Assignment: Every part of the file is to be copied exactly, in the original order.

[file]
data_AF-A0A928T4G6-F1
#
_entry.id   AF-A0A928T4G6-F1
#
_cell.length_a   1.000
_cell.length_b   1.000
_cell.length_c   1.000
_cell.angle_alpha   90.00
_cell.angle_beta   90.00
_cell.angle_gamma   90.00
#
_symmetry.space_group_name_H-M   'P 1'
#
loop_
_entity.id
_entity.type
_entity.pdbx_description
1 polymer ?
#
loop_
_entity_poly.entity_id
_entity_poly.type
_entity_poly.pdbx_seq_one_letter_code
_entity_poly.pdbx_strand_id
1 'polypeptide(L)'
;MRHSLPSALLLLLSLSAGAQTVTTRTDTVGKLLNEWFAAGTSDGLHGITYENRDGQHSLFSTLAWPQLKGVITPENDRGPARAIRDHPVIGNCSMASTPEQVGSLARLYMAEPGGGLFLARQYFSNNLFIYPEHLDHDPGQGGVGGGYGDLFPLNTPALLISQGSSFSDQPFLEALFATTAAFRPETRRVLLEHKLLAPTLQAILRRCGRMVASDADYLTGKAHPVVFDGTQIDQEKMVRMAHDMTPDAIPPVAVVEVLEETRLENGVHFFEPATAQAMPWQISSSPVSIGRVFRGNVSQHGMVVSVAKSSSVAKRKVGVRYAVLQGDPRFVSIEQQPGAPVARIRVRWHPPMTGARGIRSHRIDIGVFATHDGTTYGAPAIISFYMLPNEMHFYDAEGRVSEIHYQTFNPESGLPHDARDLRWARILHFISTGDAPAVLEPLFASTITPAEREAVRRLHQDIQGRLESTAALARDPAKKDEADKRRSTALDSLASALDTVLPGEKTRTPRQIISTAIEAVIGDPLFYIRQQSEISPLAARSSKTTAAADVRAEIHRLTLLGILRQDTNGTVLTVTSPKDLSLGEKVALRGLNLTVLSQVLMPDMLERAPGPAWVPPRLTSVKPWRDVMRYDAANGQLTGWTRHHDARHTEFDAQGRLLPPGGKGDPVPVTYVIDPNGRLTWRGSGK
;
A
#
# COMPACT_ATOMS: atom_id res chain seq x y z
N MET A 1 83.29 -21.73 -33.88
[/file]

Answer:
data_AF-A0A928T4G6-F1
#
_entry.id   AF-A0A928T4G6-F1
#
_cell.length_a   1.000
_cell.length_b   1.000
_cell.length_c   1.000
_cell.angle_alpha   90.00
_cell.angle_beta   90.00
_cell.angle_gamma   90.00
#
_symmetry.space_group_name_H-M   'P 1'
#
loop_
_entity.id
_entity.type
_entity.pdbx_description
1 polymer ?
#
loop_
_entity_poly.entity_id
_entity_poly.type
_entity_poly.pdbx_seq_one_letter_code
_entity_poly.pdbx_strand_id
1 'polypeptide(L)'
;MRHSLPSALLLLLSLSAGAQTVTTRTDTVGKLLNEWFAAGTSDGLHGITYENRDGQHSLFSTLAWPQLKGVITPENDRGPARAIRDHPVIGNCSMASTPEQVGSLARLYMAEPGGGLFLARQYFSNNLFIYPEHLDHDPGQGGVGGGYGDLFPLNTPALLISQGSSFSDQPFLEALFATTAAFRPETRRVLLEHKLLAPTLQAILRRCGRMVASDADYLTGKAHPVVFDGTQIDQEKMVRMAHDMTPDAIPPVAVVEVLEETRLENGVHFFEPATAQAMPWQISSSPVSIGRVFRGNVSQHGMVVSVAKSSSVAKRKVGVRYAVLQGDPRFVSIEQQPGAPVARIRVRWHPPMTGARGIRSHRIDIGVFATHDGTTYGAPAIISFYMLPNEMHFYDAEGRVSEIHYQTFNPESGLPHDARDLRWARILHFISTGDAPAVLEPLFASTITPAEREAVRRLHQDIQGRLESTAALARDPAKKDEADKRRSTALDSLASALDTVLPGEKTRTPRQIISTAIEAVIGDPLFYIRQQSEISPLAARSSKTTAAADVRAEIHRLTLLGILRQDTNGTVLTVTSPKDLSLGEKVALRGLNLTVLSQVLMPDMLERAPGPAWVPPRLTSVKPWRDVMRYDAANGQLTGWTRHHDARHTEFDAQGRLLPPGGKGDPVPVTYVIDPNGRLTWRGSGK
;
A
#
# COMPACT_ATOMS: atom_id res chain seq x y z
N MET A 1 83.29 -21.73 -33.88